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Astor Piazzolla, The Four Seasons of Buenos Aires (Cuatro Estaciones Porteñas)

Review of the Work - İngilizce

The Four Seasons of Buenos Aires is an extraordinarily interesting work. In its final shape, it takes a tango-inspired work by Piazzolla and combines it with elements easily recognizable from Vivaldi's model. Not only does it share with Vivaldi the general concept of depicting four seasons in music; it also presents a solo violin featured within an orchestral texture in highly virtuosic style. Yet initially, this work was written for a folk ensemble, not at all for virtuoso violin. The first to perform it was the composer's own folk/chamber ensemble, specialists in nuevo tango.

In 1991 Jaques Morelenbaum arranged the work for a woodwind quintet, three cellos, and a double bass; and it was recorded for an album called The Four Seasons of Buenos Aires. The title paid obvious homage to Vivaldi's idea. Nevertheless, there was still no solo violin part in either the folk ensemble version or the classical chamber music version of the piece, and neither
version made harmonic or melodic references to Vivaldi. Finally, in the late 1990's, Leonid Desyatnikov arranged the classical chamber music version for full string orchestra with solo violin, and included obvious allusions to Vivaldi's Four Seasons. This is the version of the work we will hear today.

Desyatnikov's linkages to Vivaldi are ingenious. For instance, when it is summer in Argentina, Piazzolla's homeland, it is winter in Italy, Vivaldi's homeland. To recognize this, Desyatnikov took Piazzolla's Summer movement and skillfully wove direct quotes from Vivaldi's Winter movement into the texture of the music. For those familiar with Vivaldi's music, the insertion is obvious and creates a delightful "Ah-HA" moment of recognition. Listeners unfamiliar with the Vivaldi work may miss this fun; but they will still respond to the exciting rhythmic momentum established by Piazzolla's tango-inspired rhythmic pulse and Desyatnikov's skillfully orchestrated arrangement.

Piazzolla was an experimenter. Expressive dissonances and abrupt shifts in tempo and meter are elements of his style that demand the audience's concentration and yet continually delight the imagination. Desyatnikov has taken those elements and transferred them into the world of the virtuoso violin concerto. Various special effects on the instruments required to perform this work continually entertain and amaze us. The extraordinarily difficult solo violin part is played sometimes using the bow hair, and at other times the wooden part of the bow. In all four movements, the string instruments turn into an extended percussion section, and then revert to a more traditional style.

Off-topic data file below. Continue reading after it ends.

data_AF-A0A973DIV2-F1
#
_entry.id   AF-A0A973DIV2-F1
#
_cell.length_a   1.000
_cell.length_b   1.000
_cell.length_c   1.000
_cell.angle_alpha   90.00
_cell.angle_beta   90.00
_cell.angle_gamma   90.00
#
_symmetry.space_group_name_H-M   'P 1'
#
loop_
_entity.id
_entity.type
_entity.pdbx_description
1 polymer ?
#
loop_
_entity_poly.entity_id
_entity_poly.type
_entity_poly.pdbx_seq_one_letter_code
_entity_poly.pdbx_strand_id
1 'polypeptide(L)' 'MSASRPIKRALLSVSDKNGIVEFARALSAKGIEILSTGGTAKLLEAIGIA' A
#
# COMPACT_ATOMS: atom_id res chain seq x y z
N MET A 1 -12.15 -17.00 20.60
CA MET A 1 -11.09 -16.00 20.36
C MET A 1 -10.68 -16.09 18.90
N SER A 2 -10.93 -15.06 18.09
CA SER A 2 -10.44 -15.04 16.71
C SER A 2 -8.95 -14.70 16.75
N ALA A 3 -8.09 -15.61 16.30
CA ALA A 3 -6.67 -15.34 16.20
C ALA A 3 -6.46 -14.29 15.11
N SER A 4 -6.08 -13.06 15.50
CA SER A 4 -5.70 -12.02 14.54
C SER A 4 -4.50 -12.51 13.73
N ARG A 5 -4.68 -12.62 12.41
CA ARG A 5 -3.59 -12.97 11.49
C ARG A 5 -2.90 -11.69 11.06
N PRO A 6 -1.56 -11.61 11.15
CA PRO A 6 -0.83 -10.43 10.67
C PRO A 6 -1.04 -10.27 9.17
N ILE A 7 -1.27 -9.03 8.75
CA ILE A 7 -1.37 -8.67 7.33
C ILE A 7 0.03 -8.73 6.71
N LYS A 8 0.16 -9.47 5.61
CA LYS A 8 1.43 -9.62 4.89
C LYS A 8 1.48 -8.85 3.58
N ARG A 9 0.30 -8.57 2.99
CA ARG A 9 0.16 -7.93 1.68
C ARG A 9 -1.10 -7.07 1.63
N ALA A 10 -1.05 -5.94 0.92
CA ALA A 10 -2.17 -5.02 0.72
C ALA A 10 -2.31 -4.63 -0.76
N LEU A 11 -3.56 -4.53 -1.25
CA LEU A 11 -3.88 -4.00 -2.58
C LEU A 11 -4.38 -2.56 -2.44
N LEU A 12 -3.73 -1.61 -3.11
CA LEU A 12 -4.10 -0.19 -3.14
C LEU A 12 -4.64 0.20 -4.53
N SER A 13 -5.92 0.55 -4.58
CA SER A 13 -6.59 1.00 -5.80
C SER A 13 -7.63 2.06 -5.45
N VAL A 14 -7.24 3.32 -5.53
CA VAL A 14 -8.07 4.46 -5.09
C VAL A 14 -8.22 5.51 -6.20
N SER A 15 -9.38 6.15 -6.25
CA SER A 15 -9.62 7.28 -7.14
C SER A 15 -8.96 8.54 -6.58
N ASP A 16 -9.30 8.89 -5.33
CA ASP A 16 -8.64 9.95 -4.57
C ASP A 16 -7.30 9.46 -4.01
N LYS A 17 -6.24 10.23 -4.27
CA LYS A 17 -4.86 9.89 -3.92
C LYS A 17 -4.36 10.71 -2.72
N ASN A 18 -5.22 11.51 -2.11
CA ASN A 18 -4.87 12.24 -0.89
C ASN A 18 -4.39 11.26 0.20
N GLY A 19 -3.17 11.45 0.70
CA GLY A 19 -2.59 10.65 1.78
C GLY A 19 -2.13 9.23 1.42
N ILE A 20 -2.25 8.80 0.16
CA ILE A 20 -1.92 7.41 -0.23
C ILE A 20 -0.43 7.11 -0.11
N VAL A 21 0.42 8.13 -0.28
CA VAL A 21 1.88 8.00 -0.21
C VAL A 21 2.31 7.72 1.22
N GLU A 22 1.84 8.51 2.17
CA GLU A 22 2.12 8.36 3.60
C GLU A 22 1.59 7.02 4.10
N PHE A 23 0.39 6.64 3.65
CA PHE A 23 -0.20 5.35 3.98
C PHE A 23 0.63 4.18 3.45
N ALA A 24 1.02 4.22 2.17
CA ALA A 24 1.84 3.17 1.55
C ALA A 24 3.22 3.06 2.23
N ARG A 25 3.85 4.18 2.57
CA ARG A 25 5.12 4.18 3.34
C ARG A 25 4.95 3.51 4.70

In Vivaldi's The Four Seasons, each season includes three short movements. Piazzolla's variation gives each season only one movement. Each of Piazzolla's seasons, however, contains several sections that depict different moods within the single movement. The Summer movement, for example, contrasts the sassy, rhythmic tango with remnants of the Italian Baroque. An extended, melancholy cello solo dominates the first section of the Fall season. Slow, sultry, yet intensely rhythmic, Winter gives the solo violinist the perfect opportunity for cadenza-like displays of virtuosity. Even more quotes from Vivaldi, this time from his Summer, are woven seamlessly into Piazzolla's intensely emotional Winter tango. In contrast, Spring in Buenos Aires is filled with excitement and a rhythmic electricity that propels the work to its brilliant conclusion.

Cuatro estaciones porteñas is a significant, highly entertaining, ingenious and inspired addition to the 20th-century violin repertoire.

Beth Fleming


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Reference info: "Astor Piazzolla, The Four Seasons of Buenos Aires (Cuatro Estaciones Porteñas)", 2009 , Klasik Notlari website, http://www.klasiknotlari.com/en/36/Astor_Piazzolla_The_Four_Seasons_of_Buenos.html


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